| Opossums are among the most primitive mammals. Fossil ancestry goes back 70 Million years. They have survived by adapting to human habitat and being able to eat just about anything. They are beneficial in that they help to keep the balance of nature. |
Opossums are often mistaken for rats. They are not rodents, they are marsupials. They are not aggressive toward humans or pets but they will attempt to defend themselves if cornered. They are relatively disease free. They do not carry Parvovirus, distemper or rabies.
Opposums are actually an excellent animal to have around your property because they eat rats, mice, snails, slugs and insects. They also eat over-ripe fruit that has fallen to the ground. They are called "omnivores" because they meat as well as vegetables and fruit.
Opossums are nest builders. They are also nocturnal. They spend much of the day in their dens. At night, they forage for food. They are excellent climbers using all their hands, feet and tail to grasp.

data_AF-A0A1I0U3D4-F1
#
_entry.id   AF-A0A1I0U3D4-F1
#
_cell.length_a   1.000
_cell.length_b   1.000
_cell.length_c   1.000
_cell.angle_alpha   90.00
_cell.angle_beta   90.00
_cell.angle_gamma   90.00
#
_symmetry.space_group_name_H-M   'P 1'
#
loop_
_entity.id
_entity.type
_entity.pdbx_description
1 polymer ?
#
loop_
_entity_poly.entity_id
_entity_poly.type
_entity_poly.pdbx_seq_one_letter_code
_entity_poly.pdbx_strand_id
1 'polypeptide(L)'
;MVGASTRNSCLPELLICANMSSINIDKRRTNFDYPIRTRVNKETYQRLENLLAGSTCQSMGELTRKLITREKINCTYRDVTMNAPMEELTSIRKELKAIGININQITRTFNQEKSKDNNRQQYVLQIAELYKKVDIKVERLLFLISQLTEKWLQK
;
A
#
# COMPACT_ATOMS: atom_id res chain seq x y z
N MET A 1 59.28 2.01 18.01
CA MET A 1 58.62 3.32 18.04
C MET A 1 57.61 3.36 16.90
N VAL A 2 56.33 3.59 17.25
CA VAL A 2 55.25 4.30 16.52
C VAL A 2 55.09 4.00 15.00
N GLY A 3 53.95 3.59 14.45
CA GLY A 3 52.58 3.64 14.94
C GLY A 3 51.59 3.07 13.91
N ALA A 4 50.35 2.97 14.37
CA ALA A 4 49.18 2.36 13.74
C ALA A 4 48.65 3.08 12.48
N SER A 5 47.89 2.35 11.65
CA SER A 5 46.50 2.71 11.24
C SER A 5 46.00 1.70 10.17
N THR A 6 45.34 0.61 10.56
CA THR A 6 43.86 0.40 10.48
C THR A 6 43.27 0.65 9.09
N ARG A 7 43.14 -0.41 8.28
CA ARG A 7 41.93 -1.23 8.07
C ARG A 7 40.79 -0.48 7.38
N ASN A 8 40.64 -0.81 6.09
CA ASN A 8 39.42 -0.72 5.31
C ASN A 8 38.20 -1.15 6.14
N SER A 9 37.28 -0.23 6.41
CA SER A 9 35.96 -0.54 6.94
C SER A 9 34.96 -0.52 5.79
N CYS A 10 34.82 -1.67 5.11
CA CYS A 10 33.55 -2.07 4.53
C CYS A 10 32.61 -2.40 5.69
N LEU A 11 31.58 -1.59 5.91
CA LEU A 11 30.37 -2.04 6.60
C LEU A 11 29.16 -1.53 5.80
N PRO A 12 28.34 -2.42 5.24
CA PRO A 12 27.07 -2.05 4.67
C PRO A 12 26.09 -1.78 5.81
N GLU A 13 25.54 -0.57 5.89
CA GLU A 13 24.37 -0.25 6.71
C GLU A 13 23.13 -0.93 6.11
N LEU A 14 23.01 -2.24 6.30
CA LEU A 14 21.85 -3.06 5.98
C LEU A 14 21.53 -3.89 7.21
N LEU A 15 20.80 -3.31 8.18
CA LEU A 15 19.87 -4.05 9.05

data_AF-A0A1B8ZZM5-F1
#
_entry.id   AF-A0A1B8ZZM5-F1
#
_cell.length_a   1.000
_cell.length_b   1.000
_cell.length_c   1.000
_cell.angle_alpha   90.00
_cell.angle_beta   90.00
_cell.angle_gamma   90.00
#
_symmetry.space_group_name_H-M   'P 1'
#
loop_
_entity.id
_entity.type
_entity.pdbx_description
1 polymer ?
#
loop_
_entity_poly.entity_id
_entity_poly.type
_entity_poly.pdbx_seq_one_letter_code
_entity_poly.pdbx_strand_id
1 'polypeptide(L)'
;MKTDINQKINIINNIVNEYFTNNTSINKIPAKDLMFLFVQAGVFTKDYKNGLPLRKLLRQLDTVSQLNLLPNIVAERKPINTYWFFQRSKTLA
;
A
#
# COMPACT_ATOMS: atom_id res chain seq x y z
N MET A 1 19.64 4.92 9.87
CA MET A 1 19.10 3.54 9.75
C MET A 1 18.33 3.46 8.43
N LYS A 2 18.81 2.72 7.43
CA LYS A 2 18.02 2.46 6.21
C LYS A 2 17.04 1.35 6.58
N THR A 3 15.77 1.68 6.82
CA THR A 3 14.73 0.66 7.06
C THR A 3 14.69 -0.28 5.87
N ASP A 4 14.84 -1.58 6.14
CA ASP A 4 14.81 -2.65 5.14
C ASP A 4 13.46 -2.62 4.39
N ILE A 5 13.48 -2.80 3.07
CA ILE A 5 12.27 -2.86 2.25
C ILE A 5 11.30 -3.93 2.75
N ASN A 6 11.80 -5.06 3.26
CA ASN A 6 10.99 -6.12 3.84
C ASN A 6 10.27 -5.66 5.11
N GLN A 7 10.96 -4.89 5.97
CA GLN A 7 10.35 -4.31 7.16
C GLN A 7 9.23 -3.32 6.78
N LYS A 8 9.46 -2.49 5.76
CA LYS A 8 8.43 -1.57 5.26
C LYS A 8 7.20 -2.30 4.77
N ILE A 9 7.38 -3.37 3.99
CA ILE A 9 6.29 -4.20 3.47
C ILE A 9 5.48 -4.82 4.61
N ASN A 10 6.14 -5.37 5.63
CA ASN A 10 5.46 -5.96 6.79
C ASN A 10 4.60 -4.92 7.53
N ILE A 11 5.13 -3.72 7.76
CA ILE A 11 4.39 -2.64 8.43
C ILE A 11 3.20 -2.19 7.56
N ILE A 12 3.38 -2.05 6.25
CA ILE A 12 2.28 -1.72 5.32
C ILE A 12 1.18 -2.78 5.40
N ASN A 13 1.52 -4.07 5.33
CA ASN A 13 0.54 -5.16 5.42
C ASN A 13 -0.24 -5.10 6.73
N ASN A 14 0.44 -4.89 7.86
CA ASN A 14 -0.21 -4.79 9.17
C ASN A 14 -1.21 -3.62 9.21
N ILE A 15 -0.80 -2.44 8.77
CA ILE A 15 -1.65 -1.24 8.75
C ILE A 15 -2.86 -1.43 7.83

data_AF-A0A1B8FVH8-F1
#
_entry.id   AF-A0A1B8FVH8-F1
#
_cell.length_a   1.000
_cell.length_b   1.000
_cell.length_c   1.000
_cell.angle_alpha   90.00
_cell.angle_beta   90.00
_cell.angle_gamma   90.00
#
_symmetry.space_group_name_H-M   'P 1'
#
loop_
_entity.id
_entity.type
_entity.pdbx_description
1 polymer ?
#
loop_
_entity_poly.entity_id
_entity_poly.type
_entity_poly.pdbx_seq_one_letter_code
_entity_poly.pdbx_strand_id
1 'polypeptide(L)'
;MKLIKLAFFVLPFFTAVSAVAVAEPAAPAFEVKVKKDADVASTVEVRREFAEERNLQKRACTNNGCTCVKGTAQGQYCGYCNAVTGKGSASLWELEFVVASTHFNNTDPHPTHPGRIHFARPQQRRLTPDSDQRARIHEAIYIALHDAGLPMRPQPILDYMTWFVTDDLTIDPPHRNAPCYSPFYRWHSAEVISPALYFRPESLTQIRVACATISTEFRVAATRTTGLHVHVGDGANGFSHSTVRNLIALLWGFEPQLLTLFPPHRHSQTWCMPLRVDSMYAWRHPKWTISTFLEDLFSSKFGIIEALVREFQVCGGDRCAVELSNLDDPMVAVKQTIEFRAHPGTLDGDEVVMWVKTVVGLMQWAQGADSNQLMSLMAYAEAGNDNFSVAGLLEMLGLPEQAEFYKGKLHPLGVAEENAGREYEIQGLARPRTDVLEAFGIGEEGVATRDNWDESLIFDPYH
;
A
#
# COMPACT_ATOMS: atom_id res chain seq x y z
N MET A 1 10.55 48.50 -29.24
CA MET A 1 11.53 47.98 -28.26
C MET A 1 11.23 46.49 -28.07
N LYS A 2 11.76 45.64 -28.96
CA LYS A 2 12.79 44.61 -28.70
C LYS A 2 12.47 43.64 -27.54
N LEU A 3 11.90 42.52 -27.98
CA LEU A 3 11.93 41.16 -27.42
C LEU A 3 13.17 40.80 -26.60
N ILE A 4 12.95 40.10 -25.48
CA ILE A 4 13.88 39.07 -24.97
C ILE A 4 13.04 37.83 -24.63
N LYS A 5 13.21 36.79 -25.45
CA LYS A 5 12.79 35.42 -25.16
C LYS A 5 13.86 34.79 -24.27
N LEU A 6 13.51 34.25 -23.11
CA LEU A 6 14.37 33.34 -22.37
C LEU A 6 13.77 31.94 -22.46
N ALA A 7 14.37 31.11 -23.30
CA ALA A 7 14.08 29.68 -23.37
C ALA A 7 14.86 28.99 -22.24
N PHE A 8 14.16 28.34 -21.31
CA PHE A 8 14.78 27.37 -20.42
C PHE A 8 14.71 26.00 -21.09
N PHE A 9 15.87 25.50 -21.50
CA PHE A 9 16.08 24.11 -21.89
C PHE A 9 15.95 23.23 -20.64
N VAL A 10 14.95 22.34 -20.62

If you don't want opossums around your house:
- Pick up all pet food
- Keep a tight lid on all garbage cans
- Pick fruit as soon as it is ripe or pick it up soon after it falls to the ground
- Block holes in fences and buildings with wire or wood
- Soak rags in ammonia and strategically place them around the area you are trying to keep opossums from entering. The smell of ammonia is annoying to opossum and will usually drive them away.
Adult Opossum Containment
- Put a box or laundry basket over the opossum and weigh down the box with a brick or rock.
- Call the Department of Animal Services at 388-4341 for relocation assistance.
Baby Opossum Containment
- Put the baby (or babies) in box with air holes
- Place an old t-shirt in the box to give the babies something to snuggle under
- Do not give anything by mouth, this can cause death
- Call Camarillo Wildlife Rehabilitation at 805-482-7617 immediately.